Thursday, April 3, 2008

The Darjeeling Limited. Terrific stuff. Out now. (********8/10)

There is a short film before The Darjeeling Limited called Hotel Chevalier. It is a wonderful addition to a wonderful film. Natalie Portman stars with Jason Schwartzman in the short flim, and she gets very naked. Not that it's worth it just for that, but it sets up the movie beautifully. Portman is in The Darjeeling Limited for a total of one eighth of one second, so the only time we get to understand what she's doing there is in Hotel Chevalier. The first shot of the short film is unmistakably Wes Anderson. The giddily coloured hotel lobby is in perfect keeping with his other work - Rushmore, The Royal Tenenbaums, The Life Aquatic With Steve Zissou. Anderson is about the quirkiest and maybe the best director working within the studio system. There are many things that connect his films. First of all, the actors in his movies spend a lot of time sitting perfectly still. There is little movement in the films, and even when there is a scene with action, it seems very understated and the colour of the scene is more engaging than the action itself. Another fixture of a Wes Anderson movie is dysfunctional families, bizarre relationships and aberrant behaviour within those families. The Darjeeling Limited is no exception.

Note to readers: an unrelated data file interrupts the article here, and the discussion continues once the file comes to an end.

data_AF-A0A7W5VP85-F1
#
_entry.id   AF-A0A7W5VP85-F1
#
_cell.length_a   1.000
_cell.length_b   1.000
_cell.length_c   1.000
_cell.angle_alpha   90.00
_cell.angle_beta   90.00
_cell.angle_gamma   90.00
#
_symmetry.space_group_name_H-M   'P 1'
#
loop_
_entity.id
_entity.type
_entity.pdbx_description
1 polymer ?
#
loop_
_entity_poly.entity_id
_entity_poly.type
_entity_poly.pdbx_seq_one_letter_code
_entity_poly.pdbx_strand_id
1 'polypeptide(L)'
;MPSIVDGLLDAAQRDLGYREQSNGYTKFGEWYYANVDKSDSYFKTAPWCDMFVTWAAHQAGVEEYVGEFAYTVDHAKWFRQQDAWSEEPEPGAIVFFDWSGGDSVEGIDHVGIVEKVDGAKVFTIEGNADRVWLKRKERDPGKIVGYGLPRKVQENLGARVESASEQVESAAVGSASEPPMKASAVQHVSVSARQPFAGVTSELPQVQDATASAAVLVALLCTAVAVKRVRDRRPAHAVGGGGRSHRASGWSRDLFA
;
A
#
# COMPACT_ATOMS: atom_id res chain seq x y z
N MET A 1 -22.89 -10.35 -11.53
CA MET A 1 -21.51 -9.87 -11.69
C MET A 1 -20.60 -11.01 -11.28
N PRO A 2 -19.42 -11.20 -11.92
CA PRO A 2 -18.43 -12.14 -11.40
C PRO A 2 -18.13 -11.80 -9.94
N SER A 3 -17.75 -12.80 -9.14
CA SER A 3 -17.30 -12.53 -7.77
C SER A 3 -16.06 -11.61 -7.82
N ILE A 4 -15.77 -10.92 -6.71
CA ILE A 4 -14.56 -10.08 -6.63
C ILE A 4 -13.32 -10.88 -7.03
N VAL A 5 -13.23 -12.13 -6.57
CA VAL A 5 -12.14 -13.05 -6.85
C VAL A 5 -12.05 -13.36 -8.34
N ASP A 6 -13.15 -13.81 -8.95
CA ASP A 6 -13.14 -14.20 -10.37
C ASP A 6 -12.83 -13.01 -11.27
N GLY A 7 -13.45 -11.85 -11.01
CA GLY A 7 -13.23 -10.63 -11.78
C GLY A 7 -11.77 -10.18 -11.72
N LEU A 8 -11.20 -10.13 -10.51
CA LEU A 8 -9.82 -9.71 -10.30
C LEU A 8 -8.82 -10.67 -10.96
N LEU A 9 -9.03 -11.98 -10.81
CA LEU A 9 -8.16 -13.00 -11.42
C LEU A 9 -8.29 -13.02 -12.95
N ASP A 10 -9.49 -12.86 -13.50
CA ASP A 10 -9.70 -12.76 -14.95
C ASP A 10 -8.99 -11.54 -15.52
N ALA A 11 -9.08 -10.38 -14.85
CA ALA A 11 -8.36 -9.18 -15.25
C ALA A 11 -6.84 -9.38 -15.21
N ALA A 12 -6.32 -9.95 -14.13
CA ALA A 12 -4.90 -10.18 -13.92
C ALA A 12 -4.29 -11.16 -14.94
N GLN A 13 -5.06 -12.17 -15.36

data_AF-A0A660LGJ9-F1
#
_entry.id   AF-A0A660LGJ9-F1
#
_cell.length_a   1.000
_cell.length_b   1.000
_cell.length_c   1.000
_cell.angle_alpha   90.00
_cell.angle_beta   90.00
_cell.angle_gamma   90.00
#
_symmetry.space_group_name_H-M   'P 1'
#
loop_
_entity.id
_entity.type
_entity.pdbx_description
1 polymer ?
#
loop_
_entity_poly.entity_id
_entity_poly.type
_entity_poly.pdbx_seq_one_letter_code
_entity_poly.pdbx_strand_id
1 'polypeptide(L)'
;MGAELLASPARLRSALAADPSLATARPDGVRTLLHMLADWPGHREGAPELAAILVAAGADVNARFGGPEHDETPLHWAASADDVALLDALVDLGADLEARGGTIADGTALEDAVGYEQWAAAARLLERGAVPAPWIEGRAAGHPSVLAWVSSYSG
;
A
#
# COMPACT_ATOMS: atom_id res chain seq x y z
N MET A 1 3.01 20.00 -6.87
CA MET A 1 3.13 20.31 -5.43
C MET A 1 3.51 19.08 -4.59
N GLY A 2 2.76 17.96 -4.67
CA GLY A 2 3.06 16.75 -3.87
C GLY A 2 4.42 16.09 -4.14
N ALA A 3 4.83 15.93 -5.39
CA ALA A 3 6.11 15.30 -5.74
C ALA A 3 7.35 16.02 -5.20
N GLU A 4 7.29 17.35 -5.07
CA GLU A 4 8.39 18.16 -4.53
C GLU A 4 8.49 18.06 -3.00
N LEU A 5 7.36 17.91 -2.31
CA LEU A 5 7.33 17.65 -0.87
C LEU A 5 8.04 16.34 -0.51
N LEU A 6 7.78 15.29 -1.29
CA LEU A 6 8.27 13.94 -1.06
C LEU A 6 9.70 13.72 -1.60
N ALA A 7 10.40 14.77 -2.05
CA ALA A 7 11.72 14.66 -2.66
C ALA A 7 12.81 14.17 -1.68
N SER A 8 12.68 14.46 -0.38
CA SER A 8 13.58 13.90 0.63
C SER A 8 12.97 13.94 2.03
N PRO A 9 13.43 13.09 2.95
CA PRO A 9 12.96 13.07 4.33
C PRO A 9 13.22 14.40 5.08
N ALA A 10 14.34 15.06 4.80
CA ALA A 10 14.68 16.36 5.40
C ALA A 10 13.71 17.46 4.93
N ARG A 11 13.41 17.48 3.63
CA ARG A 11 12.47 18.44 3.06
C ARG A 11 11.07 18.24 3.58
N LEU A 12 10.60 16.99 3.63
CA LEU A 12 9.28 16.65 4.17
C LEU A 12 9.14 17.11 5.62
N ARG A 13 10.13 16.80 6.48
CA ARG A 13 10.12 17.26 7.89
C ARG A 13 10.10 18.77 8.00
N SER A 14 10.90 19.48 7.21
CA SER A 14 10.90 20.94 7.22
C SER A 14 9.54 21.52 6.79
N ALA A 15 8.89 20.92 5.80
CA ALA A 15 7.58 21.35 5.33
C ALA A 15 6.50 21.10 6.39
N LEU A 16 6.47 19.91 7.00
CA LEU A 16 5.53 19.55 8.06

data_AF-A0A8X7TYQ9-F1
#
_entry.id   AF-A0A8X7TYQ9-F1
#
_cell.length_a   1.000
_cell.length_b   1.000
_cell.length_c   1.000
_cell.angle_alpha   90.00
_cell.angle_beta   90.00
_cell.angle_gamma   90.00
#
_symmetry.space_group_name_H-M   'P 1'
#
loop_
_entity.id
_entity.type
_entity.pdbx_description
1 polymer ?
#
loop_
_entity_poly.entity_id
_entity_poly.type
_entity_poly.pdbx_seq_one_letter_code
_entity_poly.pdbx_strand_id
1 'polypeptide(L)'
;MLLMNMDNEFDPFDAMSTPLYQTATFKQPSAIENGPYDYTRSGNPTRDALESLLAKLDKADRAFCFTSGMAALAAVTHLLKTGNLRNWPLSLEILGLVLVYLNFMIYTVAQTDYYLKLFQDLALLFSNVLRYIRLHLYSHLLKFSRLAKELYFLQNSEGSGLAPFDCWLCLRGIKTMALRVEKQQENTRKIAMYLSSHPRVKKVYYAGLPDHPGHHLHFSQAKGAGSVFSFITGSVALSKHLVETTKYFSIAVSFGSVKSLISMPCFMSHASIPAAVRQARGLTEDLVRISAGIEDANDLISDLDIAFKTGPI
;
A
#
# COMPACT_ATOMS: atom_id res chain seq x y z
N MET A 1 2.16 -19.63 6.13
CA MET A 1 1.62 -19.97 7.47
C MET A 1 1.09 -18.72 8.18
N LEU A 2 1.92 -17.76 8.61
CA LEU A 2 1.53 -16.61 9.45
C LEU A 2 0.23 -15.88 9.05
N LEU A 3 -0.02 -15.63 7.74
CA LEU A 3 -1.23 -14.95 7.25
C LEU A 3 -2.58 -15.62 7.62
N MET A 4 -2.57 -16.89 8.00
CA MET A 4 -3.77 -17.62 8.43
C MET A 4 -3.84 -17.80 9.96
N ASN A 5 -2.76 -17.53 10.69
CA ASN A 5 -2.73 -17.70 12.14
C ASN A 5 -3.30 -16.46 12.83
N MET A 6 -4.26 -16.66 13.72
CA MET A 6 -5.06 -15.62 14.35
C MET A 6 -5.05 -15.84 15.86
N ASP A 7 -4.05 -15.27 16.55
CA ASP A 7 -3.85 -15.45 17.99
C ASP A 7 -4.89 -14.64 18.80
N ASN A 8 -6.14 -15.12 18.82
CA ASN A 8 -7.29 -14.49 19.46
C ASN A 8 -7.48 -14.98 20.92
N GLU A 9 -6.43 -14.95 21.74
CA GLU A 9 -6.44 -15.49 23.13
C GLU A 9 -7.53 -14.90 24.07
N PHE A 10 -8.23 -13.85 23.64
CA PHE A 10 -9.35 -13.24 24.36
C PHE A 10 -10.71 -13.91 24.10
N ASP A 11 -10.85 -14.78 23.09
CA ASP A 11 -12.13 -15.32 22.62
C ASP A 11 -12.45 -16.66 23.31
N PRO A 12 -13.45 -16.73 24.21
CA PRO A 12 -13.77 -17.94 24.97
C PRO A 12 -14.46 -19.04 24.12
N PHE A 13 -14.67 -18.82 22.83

And the third common thread - the actors. Bill Murray has starred in the last three Anderson movies, and he appears here as the first actor we see, running to catch a train. He misses the train, and we never see him again. But at least he shows up. Adrien Brody sprints past Murray to catch that same train (the Darjeeling Limited), and joins Jason Schwartzman (Rushmore) and Owen Wilson (Rushmore, Bottle Rocket, Royal Tenenbaums, Life Aquatic), who are his brothers. They are on this train because Owen Wilson, who appears to be amazingly rich, has decided to bring all three of them together on some kind of bonkers, misguided "spiritual quest", following the death of their father. Anjelica Huston (Royal Tenenbaums, Life Aquatic) plays their mom, who eventually figures into the story. This journey is totally directionless - to the point that the train, although it is on a track, actually gets lost. None of the brothers truly trust each other, and there is a lot of back-stabbing and gossip going on between them.